Lenders need to see some track record, stable revenues and good experience in the leadership team before being able to approve a loan.


  1. The business’ annual revenue is below S$300,000 and consists of low operating cash flow

52% of SME users indicated annual revenue of below S$300,000 and low operating cash flow which can also be a cause of not getting loans approved. Typically banks would ask for the latest six months’ bank statements to assess whether a business can pay back the loan.

They prefer to finance normal operating or expansion purposes and rarely for bridging purposes or to tide the company over difficult periods


  1. Bad credit score of owner/CEO

A lot of business owners pay a lot of attention to their business’ credit record or company’s Debt-Servicing Coverage (DSC) Ratio. Sure these two things also affect the business’s success in getting a loan, but a lot of business owners often neglect or ignore their credit rating.

A company director’s bad credit record such as late payments or default on credit card bills will negatively impact the credit assessment of the company. Besides this, business owners who declare low annual income figures (found in IRAS’ Notice of Assessment) will also impact the credit assessment of their companies. This is because of most of the time, the company’s directors or business owners are the personal guarantees for most business loans.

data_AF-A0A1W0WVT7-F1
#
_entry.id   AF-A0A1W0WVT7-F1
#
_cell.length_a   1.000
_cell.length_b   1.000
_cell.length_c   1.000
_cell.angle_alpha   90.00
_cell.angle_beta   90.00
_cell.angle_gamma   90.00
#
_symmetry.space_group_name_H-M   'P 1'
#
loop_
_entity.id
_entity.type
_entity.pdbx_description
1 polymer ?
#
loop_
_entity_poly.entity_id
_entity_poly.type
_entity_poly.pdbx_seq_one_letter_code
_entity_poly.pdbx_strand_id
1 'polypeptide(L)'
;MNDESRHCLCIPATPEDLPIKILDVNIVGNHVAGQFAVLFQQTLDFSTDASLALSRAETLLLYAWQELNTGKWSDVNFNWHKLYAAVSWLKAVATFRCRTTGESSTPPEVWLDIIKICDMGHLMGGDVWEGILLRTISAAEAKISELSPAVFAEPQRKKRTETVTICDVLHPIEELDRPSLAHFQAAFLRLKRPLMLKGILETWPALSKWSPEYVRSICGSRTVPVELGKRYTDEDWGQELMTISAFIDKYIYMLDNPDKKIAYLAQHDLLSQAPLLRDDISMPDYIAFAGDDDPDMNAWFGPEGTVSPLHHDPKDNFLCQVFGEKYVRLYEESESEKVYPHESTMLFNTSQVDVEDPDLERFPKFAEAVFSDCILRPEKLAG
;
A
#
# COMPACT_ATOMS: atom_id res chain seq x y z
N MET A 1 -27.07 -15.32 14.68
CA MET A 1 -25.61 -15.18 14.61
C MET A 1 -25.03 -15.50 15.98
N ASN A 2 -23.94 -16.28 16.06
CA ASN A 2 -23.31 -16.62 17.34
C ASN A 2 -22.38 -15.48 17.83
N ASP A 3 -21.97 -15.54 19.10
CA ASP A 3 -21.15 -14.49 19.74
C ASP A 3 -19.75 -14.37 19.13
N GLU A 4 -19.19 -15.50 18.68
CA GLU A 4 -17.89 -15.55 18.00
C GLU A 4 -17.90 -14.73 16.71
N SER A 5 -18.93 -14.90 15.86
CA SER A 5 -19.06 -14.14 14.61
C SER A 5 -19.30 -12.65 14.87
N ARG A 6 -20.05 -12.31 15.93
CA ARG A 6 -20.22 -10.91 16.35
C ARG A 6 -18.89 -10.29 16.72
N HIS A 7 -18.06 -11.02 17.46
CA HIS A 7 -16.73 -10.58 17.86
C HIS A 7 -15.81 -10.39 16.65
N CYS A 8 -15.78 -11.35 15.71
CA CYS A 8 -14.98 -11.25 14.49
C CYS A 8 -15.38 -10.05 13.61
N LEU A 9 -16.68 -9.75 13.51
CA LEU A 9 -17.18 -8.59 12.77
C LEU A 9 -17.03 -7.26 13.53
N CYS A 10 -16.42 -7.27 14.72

When the company defaults a loan, banks and financial institutes will look for the guarantors to demand payment. Hence, when the company’s director or business owner do not have income in the first place, they won’t be able to pay back the loan.

A business owner or director of a company has to look after their personal credit score.

What can you do to improve your chances of securing financing?

  1. Know which loan to apply for

There are a plethora of SME loans offered from banks and other financial institutes in Singapore that cater to the different needs of SMEs.

The lender that you approach will conduct its credit appraisal process by the type of loan that you have requested and its understanding of your ability to pay it back. Even if you have strong financials and an established business, you are liable to be turned down for a loan if you apply for the incorrect facility.

Here’s an overview from Linkflow Capital of the types of loans businesses can apply for:

Source: Linkflow Capital

  1. Ensure your other debt obligations are under control

If your business or you as a business owner take out too many credit lines despite your business making millions in profit, banks will still deem you as a high-risk lender as your company’s Debt-Servicing Coverage (DSC) Ratio is too low – A company’s DSC ratio shows how much profit it generates annually compared to their loan repayment obligations.